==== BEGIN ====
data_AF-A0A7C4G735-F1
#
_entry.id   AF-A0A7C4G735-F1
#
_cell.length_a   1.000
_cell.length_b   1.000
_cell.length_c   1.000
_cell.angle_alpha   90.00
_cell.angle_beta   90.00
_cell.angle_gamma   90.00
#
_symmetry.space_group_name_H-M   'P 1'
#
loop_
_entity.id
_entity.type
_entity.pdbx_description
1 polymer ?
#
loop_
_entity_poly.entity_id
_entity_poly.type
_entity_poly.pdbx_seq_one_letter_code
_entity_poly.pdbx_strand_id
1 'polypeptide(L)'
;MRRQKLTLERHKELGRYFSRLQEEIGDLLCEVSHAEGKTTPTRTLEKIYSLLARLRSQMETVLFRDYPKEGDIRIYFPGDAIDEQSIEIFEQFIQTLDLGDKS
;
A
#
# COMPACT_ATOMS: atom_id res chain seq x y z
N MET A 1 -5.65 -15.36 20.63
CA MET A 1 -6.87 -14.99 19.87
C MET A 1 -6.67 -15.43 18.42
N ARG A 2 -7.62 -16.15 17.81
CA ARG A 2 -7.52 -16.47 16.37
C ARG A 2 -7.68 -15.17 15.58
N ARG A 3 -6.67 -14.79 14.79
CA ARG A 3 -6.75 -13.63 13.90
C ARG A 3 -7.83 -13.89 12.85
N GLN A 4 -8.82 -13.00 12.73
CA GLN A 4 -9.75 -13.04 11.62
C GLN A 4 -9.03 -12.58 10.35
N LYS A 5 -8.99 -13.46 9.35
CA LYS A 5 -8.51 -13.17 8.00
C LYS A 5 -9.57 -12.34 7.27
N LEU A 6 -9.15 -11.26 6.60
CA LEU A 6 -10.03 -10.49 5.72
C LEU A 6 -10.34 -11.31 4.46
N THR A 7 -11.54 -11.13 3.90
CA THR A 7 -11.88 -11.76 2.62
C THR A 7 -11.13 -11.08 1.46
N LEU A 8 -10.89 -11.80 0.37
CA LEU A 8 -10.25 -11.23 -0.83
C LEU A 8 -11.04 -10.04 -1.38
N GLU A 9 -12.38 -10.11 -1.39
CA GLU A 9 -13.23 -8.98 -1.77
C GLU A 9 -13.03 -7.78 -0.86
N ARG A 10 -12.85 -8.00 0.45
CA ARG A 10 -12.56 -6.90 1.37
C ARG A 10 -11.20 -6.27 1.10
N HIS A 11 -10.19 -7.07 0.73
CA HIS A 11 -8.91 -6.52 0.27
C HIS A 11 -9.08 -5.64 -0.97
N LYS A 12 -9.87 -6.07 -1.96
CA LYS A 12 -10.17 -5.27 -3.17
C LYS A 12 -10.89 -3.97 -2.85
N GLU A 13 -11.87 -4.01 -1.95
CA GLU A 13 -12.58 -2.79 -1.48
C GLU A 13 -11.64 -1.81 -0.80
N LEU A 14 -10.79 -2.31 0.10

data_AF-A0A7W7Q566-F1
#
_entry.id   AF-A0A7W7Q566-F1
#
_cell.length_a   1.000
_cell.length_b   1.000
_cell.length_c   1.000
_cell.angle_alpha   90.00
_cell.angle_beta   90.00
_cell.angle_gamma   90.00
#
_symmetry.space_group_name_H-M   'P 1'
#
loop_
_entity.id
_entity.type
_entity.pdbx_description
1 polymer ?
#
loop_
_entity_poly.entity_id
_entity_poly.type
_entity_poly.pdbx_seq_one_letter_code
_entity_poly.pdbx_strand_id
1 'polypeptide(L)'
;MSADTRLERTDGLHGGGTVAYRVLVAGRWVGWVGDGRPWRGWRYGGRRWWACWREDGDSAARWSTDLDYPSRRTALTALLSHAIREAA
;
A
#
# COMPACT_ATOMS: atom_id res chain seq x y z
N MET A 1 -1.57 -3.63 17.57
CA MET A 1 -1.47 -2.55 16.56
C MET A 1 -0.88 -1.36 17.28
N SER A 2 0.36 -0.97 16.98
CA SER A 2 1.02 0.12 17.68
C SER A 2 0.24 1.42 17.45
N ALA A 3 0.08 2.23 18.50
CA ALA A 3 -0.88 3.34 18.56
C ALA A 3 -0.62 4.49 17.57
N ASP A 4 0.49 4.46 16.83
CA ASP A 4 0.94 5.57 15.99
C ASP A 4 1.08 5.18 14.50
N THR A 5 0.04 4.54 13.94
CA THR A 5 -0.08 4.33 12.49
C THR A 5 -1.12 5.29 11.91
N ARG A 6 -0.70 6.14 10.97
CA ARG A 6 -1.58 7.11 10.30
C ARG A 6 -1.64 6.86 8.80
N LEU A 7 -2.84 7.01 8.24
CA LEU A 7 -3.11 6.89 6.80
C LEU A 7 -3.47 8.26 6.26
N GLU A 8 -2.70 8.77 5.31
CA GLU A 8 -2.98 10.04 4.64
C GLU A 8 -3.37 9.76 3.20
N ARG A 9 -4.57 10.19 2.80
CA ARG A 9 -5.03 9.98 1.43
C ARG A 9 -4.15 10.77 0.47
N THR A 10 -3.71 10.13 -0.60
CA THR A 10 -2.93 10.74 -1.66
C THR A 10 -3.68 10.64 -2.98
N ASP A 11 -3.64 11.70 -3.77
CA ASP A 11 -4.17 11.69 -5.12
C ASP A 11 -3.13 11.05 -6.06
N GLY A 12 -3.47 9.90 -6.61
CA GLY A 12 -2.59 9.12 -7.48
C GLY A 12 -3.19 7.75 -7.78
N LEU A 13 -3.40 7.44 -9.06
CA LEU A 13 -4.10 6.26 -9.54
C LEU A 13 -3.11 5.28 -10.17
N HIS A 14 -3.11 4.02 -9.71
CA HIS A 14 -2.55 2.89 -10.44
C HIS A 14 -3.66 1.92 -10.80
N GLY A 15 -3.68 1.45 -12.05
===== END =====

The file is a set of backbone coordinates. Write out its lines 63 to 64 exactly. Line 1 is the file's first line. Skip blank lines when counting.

C HIS A 11 -9.08 -5.64 -0.97
N LYS A 12 -9.87 -6.07 -1.96